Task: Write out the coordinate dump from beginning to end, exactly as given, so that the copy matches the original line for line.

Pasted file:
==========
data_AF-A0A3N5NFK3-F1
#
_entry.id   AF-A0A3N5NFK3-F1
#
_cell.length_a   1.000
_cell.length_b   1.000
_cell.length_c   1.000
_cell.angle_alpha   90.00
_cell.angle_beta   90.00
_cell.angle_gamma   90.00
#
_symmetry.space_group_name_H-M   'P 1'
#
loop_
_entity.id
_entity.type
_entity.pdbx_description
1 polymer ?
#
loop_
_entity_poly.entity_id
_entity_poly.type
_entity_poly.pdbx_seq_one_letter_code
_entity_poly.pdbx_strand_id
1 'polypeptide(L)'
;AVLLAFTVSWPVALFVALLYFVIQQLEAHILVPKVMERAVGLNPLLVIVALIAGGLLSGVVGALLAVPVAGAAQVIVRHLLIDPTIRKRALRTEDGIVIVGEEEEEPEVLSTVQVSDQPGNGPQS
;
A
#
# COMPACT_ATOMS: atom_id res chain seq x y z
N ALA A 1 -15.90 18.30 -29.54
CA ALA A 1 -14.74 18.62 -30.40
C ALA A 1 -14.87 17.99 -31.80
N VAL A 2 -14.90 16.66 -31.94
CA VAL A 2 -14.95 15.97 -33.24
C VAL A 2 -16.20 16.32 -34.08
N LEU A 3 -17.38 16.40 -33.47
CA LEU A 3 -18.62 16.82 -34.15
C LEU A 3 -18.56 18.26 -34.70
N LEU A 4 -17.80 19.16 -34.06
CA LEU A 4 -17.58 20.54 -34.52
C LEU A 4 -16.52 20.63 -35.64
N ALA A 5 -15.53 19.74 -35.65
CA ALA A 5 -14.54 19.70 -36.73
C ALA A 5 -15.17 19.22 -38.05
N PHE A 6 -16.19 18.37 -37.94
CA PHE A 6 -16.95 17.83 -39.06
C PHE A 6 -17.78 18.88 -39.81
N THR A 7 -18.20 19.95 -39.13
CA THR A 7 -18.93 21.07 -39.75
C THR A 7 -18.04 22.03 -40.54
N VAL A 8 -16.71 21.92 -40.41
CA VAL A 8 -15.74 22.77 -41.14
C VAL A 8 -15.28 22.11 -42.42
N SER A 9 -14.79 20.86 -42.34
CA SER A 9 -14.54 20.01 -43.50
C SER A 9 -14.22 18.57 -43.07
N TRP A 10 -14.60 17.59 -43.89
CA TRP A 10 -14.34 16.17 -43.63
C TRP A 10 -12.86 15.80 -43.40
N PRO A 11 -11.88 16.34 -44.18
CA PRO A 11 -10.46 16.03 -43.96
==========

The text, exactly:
data_AF-A0A3N5NFK3-F1
#
_entry.id   AF-A0A3N5NFK3-F1
#
_cell.length_a   1.000
_cell.length_b   1.000
_cell.length_c   1.000
_cell.angle_alpha   90.00
_cell.angle_beta   90.00
_cell.angle_gamma   90.00
#
_symmetry.space_group_name_H-M   'P 1'
#
loop_
_entity.id
_entity.type
_entity.pdbx_description
1 polymer ?
#
loop_
_entity_poly.entity_id
_entity_poly.type
_entity_poly.pdbx_seq_one_letter_code
_entity_poly.pdbx_strand_id
1 'polypeptide(L)'
;AVLLAFTVSWPVALFVALLYFVIQQLEAHILVPKVMERAVGLNPLLVIVALIAGGLLSGVVGALLAVPVAGAAQVIVRHLLIDPTIRKRALRTEDGIVIVGEEEEEPEVLSTVQVSDQPGNGPQS
;
A
#
# COMPACT_ATOMS: atom_id res chain seq x y z
N ALA A 1 -15.90 18.30 -29.54
CA ALA A 1 -14.74 18.62 -30.40
C ALA A 1 -14.87 17.99 -31.80
N VAL A 2 -14.90 16.66 -31.94
CA VAL A 2 -14.95 15.97 -33.24
C VAL A 2 -16.20 16.32 -34.08
N LEU A 3 -17.38 16.40 -33.47
CA LEU A 3 -18.62 16.82 -34.15
C LEU A 3 -18.56 18.26 -34.70
N LEU A 4 -17.80 19.16 -34.06
CA LEU A 4 -17.58 20.54 -34.52
C LEU A 4 -16.52 20.63 -35.64
N ALA A 5 -15.53 19.74 -35.65
CA ALA A 5 -14.54 19.70 -36.73
C ALA A 5 -15.17 19.22 -38.05
N PHE A 6 -16.19 18.37 -37.94
CA PHE A 6 -16.95 17.83 -39.06
C PHE A 6 -17.78 18.88 -39.81
N THR A 7 -18.20 19.95 -39.13
CA THR A 7 -18.93 21.07 -39.75
C THR A 7 -18.04 22.03 -40.54
N VAL A 8 -16.71 21.92 -40.41
CA VAL A 8 -15.74 22.77 -41.14
C VAL A 8 -15.28 22.11 -42.42
N SER A 9 -14.79 20.86 -42.34
CA SER A 9 -14.54 20.01 -43.50
C SER A 9 -14.22 18.57 -43.07
N TRP A 10 -14.60 17.59 -43.89
CA TRP A 10 -14.34 16.17 -43.63
C TRP A 10 -12.86 15.80 -43.40
N PRO A 11 -11.88 16.34 -44.18
CA PRO A 11 -10.46 16.03 -43.96